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Seeking final advice before I proceed on my first Desktop Build. Input appreciated!

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  • Desktops
  • Build
  • Components
Last response: in Components
March 20, 2013 7:10:11 AM

Thanks in advance for reading this. I'm new to building desktops, but I feel I know what I want/need. Whether or not what I've picked out will do that for me, or if they are compatible pieces to each other is another question.

I am not building this as a gaming desktop. I'm building this desktop for my wife and I to play games that only require enough oompf for Sims 3 and maybe the new SimCity. On the other hand, I intend to do a lot of Premiere Pro and After Effects for video editing. Finally, I'm on a low budget because I'm still in college and we have a wonderful young son to care for. I'm hoping to put together a desktop that meets our needs, can be upgraded over time, and will be reliable. So this is what I've come up with to accomplish that and I'd love your opinion (opinions already received have been extremely helpful):

Case: Diablotek CPA-6170 EVO ATX
OS: Windows 8, 64-bit
MOBO: ASUS P8H77-V LE
PSU: CORSAIR Builder Series CX430 430W
Processor: Intel Core i5-3470 Ivy Bridge 3.2GHz
RAM: Kingston HyperX Blu Red Series 8GB
HDD: WD Green WD5000AZRX 500GB
Optical Drive: ASUS DVD Burner
Video Card: GeForce 9800 GT Video Card (chosen for price, reviews, and Adobe recommends the CUDA technology)
Multi-card Reader: Sabrent CRW-UINB 7-Slot
Wireless Card: TP-Link TL-WN781ND

Thanks!

(Yes I know the case is Mid-Tower, I'm okay with that)


More about : seeking final advice proceed desktop build input appreciated

March 20, 2013 7:33:10 AM

you can save some money on the motherboard by downgrading from z77 chipset to a z75 chipset as you have picked a not unlocked processor
for power supply I would not go lower than 500watts
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Best solution

March 20, 2013 7:37:57 AM

alvine said:
you can save some money on the motherboard by downgrading from z77 chipset to a z75 chipset as you have picked a not unlocked processor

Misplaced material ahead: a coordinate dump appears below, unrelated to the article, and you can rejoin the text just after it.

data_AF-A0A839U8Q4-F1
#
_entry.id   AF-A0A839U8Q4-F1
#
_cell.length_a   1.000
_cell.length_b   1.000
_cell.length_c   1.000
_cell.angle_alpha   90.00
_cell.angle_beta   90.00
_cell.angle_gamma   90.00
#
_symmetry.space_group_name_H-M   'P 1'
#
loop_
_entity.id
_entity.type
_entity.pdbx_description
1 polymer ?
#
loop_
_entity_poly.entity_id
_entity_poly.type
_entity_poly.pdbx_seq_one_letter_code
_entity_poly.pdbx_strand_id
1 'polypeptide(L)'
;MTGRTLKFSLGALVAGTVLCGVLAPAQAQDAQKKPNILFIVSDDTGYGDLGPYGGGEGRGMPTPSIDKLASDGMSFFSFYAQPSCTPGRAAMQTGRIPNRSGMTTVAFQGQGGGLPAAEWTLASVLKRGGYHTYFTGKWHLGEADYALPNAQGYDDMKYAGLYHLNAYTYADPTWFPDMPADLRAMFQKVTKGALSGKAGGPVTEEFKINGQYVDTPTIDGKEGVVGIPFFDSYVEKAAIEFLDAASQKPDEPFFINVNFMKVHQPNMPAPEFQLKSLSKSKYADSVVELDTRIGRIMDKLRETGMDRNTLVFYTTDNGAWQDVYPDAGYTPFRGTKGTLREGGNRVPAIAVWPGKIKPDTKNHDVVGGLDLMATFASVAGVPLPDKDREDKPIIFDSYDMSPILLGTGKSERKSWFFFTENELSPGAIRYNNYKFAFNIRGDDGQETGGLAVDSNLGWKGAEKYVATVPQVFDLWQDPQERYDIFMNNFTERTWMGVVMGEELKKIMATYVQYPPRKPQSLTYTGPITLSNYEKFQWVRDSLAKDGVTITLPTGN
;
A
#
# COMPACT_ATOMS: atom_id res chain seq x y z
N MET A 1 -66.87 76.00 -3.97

for power supply I would not go lower than 500watts


No OP has picked up H77 chipset which is fine for that CPU.

Case: Diablotek CPA-6170 EVO ATX
OS: Windows 8, 64-bit
MOBO: ASUS P8H77-V LE
PSU: CORSAIR Builder Series CX430 430W
Processor: Intel Core i5-3470 Ivy Bridge 3.2GHz
RAM: Kingston HyperX Blu Red Series 8GB
HDD: WD Green WD5000AZRX 500GB
Optical Drive: ASUS DVD Burner
Video Card: GeForce 9800 GT Video Card (chosen for price, reviews, and Adobe recommends the CUDA technology)
Multi-card Reader: Sabrent CRW-UINB 7-Slot
Wireless Card: TP-Link TL-WN781ND said:
Case: Diablotek CPA-6170 EVO ATX
OS: Windows 8, 64-bit
MOBO: ASUS P8H77-V LE
PSU: CORSAIR Builder Series CX430 430W
Processor: Intel Core i5-3470 Ivy Bridge 3.2GHz
RAM: Kingston HyperX Blu Red Series 8GB
HDD: WD Green WD5000AZRX 500GB
Optical Drive: ASUS DVD Burner
Video Card: GeForce 9800 GT Video Card (chosen for price, reviews, and Adobe recommends the CUDA technology)
Multi-card Reader: Sabrent CRW-UINB 7-Slot
Wireless Card: TP-Link TL-WN781ND


A CX500 or XFX 550 watt just to be safer :) 

Looks good to me.
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March 20, 2013 8:00:08 AM

For a system using a single GeForce 9800 GT graphics card NVIDIA specifies a minimum of a 400 Watt or greater system power supply that has a maximum combined +12 Volt continuous current rating of 26 Amps or greater and that has at least one 6-pin PCI Express supplementary power connectors.

Total Power Supply Wattage is NOT the crucial factor in power supply selection!!! Sufficient Total Combined Continuous Power/Current Available on the +12V Rail(s) rated at 45°C - 50°C ambient temperature, is the most critical factor.

Overclocking of the CPU and/or GPU(s) will require an additional increase to the maximum combined +12 Volt continuous current ratings, recommended above, to meet the increase in power required for the overclock. The additional amount required will depend on the magnitude of the overclock being attempted.

The Corsair Builder Series CX430 (SKU# CP-9020046), with its maximum combined +12 Volt continuous current rating of 32 Amps and with one (6+2)-pin PCI Express supplementary power connectors, is sufficient to power your system configuration with a single GeForce 9800 GT graphics card.

Your choice of power supply is fine.
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March 20, 2013 12:30:58 PM

So I guess the consensus is that what I have is okay then, eh? I do indeed have the H77, not the Z77 since I'm not planning on overclocking. And the minimum PSU requirement for the graphics card is 350 Watt according to what's listed on the specifications of EVGA GeForce 9800 GT. So I should be okay then, right? I chose many items based on what I'll need, but also energy efficiency, i.e. the HDD, so I'm hoping i don't use up a ton of energy and end up running quite cool.
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March 20, 2013 2:24:44 PM

It's not the PSU's total Wattage that matters.

In a modern system the majority of the power is drawn from the +12 Volt rail(s) so that is the specification that really matters.
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